Benchmarking GPenSIM

  • Reggie Davidrajuh
Conference paper
Part of the Lecture Notes in Electrical Engineering book series (LNEE, volume 312)


Petri Nets is a family of modeling formalisms, consisting of various types of Petri nets with different interpretations and abstraction levels. General Purpose Petri Net Simulator (GPenSIM) is a new Petri Net simulator that implements many of the Petri Net types. This paper presents first a short introduction to the various types of Petri Nets; second, GPenSIM is tested for its implementation of various Petri Net types, using the classical benchmark known as the problem of “Buffered Producers-Consumers with shared channel (BPC)”; the modeling and simulations given in this paper show that the classical BPC problem can be solved by a variety of Petri Net extensions implemented in GPenSIM. In addition to the Petri Net extensions, some facilities are also provided in GPenSIM (e.g. resources), with which some specific problems can be conveniently solved.


Benchmarking GPenSIM Petri nets Discrete event systems 


  1. 1.
    J. L. Peterson, Petri Net Theory and the Modeling of Systems. NJ, USA: Prentice-Hall, 1981Google Scholar
  2. 2.
    W. Reisig, Understanding Petri Nets: Modeling Techniques, Analysis Methods, Case Studies, Springer, 2013Google Scholar
  3. 3.
    L. Popova-Zeugmann, Time and Petri Nets, Springer, 2013Google Scholar
  4. 4.
    B. Berard, F. Cassez, S. Haddad, D. Lime, and O. H. Roux, “The expressive power of time Petri nets,” Theor. Comput. Sci., vol. 474, pp. 1–20, February 2013.Google Scholar
  5. 5.
    R. David, and H. Alla, “Discrete, Continuous and Hybrid Petri Nets,” IEEE Control Systems, Vol. 28, Issue. 3, pp. 81-84, June 2008.Google Scholar
  6. 6.
    R. Davidrajuh, “Revisiting Petri Net modeling of Cigarette Smokers’ Problem,” Proc. IEEE European Modelling Symposium (EMS2013), November 20–22, 2013, Manchester, UK.Google Scholar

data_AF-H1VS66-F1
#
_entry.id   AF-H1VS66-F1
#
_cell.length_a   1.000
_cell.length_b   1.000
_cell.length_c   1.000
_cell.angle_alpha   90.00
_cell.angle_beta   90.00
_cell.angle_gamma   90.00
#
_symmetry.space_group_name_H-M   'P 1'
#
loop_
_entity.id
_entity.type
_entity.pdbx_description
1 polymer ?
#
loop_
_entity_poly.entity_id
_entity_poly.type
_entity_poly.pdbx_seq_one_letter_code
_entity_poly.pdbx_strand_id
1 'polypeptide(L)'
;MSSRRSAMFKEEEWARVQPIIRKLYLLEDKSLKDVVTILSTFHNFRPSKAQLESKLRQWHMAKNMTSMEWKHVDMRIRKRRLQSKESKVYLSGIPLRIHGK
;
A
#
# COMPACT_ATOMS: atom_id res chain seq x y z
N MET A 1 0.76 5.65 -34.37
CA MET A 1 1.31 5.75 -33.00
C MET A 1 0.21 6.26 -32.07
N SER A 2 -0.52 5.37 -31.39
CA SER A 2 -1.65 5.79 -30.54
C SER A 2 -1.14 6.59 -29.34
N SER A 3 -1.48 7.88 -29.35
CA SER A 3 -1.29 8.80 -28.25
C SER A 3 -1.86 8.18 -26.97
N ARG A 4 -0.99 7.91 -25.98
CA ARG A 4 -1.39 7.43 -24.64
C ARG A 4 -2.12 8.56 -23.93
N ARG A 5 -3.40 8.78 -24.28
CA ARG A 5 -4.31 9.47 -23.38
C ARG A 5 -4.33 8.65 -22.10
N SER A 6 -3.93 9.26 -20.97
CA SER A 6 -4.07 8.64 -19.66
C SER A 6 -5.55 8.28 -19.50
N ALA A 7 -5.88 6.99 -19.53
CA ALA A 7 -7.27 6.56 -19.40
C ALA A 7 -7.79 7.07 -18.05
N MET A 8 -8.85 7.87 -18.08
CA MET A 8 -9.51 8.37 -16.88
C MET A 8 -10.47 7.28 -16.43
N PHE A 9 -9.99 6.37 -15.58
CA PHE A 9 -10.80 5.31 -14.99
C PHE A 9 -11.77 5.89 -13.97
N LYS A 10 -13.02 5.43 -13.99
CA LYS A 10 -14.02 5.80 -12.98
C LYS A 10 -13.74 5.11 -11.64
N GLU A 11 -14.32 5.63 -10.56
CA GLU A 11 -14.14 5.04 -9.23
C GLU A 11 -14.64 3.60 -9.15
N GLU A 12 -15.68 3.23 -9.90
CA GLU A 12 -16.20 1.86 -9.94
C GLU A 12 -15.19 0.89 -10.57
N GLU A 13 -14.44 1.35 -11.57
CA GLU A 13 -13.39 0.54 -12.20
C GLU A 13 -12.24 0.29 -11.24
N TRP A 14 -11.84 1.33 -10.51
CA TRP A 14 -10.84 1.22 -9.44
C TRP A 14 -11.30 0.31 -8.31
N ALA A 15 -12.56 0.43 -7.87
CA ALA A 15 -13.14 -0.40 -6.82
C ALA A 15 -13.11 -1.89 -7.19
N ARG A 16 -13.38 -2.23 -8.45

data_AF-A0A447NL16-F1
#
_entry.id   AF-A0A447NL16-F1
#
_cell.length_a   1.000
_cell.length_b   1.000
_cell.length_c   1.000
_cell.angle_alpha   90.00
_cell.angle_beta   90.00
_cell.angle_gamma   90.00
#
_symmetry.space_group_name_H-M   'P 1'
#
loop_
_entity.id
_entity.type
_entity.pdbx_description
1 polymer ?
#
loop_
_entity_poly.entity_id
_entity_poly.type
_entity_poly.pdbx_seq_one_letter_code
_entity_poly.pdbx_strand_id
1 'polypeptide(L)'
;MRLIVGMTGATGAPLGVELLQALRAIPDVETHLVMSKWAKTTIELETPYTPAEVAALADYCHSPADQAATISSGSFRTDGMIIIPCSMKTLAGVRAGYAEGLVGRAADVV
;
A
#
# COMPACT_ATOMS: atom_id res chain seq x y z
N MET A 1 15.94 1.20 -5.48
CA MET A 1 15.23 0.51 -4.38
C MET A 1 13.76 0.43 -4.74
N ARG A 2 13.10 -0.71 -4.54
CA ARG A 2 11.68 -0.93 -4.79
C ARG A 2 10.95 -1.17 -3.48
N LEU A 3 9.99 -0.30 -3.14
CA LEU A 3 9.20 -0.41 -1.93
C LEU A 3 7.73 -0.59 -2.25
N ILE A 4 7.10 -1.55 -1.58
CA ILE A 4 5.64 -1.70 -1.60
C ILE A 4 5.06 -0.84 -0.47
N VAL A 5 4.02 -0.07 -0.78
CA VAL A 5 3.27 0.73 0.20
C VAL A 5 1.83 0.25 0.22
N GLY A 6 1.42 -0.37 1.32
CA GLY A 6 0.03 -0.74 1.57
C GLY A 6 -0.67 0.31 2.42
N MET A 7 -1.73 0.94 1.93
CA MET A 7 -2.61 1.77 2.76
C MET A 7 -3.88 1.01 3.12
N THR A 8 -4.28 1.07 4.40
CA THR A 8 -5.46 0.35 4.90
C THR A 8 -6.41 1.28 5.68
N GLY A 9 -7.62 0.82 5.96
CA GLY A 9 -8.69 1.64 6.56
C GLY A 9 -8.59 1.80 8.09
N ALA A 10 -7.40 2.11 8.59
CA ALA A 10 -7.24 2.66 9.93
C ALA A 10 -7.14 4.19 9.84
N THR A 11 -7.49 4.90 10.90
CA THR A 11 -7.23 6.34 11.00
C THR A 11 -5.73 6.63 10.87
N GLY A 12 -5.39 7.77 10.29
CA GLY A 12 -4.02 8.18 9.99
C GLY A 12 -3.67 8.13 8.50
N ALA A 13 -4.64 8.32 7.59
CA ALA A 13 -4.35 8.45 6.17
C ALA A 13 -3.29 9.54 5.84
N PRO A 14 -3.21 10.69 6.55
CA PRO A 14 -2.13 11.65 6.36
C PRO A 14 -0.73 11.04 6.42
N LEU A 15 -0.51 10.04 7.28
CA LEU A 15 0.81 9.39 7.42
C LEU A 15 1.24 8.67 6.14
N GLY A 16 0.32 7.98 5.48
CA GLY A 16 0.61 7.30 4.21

7. 7.
    G. Ciardo, “Toward a Definition of Modeling Power for Stochastic Petri Net Models,” International Workshop on Petri Nets and Performance Models, pp. 54–62, 1987.Google Scholar
  8. 8.
    M. A. Marsan, G. Chiola, “On Petri nets with deterministic and exponentially distributed firing times,” Lecture Notes in Computer Science, Vol. 266, pp 132–145, 1987.Google Scholar
  9. 9.
    A. Mehrez, M. Muzumdar, W. Acar, and G. Weinroth, “A Petri Net Model View of Decision Making: an Operational Management Analysis,” Omega, Int. J. Mgmt Sci. Vol. 23, No. 1, pp. 63–78, 1995.Google Scholar
  10. 10.
    R. Davidrajuh, “General Purpose Petri Net Simulator (GPenSIM)”. Available:
  11. 11.
    R. Davidrajuh, “Developing a Petri Nets based Real-Time Control Simulator,” International Journal of Simulation, Systems, Science & Technology (IJSSST), vol. 12, issue. 3, pp. 28–36, 2012.Google Scholar
  12. 12.
    S. Kosaraju, “Limitations of Dijkstra’s Semaphore Primitives and Petri Nets,” Operating Systems Review, Vol. 7, No. 4, pp. 122–126, October 1973.Google Scholar
  13. 13.
    T. Agerwala, and M. Flynn, “Comments on Capabilities, Limitations and ‘Correctness’ of Petri Nets,” Proceedings of the First Annual Symposium on Computer Architecture, New York: ACM, pp. 81–86, 1973.Google Scholar
  14. 14.
    R. Keller, “Vector Replacement Systems: A Formalism for Modeling Asynchronous Systems,” Technical Report 117, Computer Science Laboratory, Princeton University, Princeton, New Jersey, January 1974.Google Scholar
  15. 15.
    R. Davidrajuh, “Achieving Atomicity of Tokens in Time Petri Nets”, Proc. IEEE European Modelling Symposium (EMS2012), November 14–16, 2012, Valetta, Malta.Google Scholar
  16. 16.
    R. Davidrajuh, “Activity-Oriented Petri Net for Scheduling of Resources,” Proc. IEEE International Conference on Systems, Man, and Cybernetics (IEEE SMC 2012), October 14–17, 2012, Seoul, Korea.Google Scholar
  17. 17.
    R. Davidrajuh, “GPenSIM code for the Petri Net models”. Available:

Copyright information

© Springer International Publishing Switzerland 2015

Authors and Affiliations

  1. 1.University of StavangerStavangerNorway

Personalised recommendations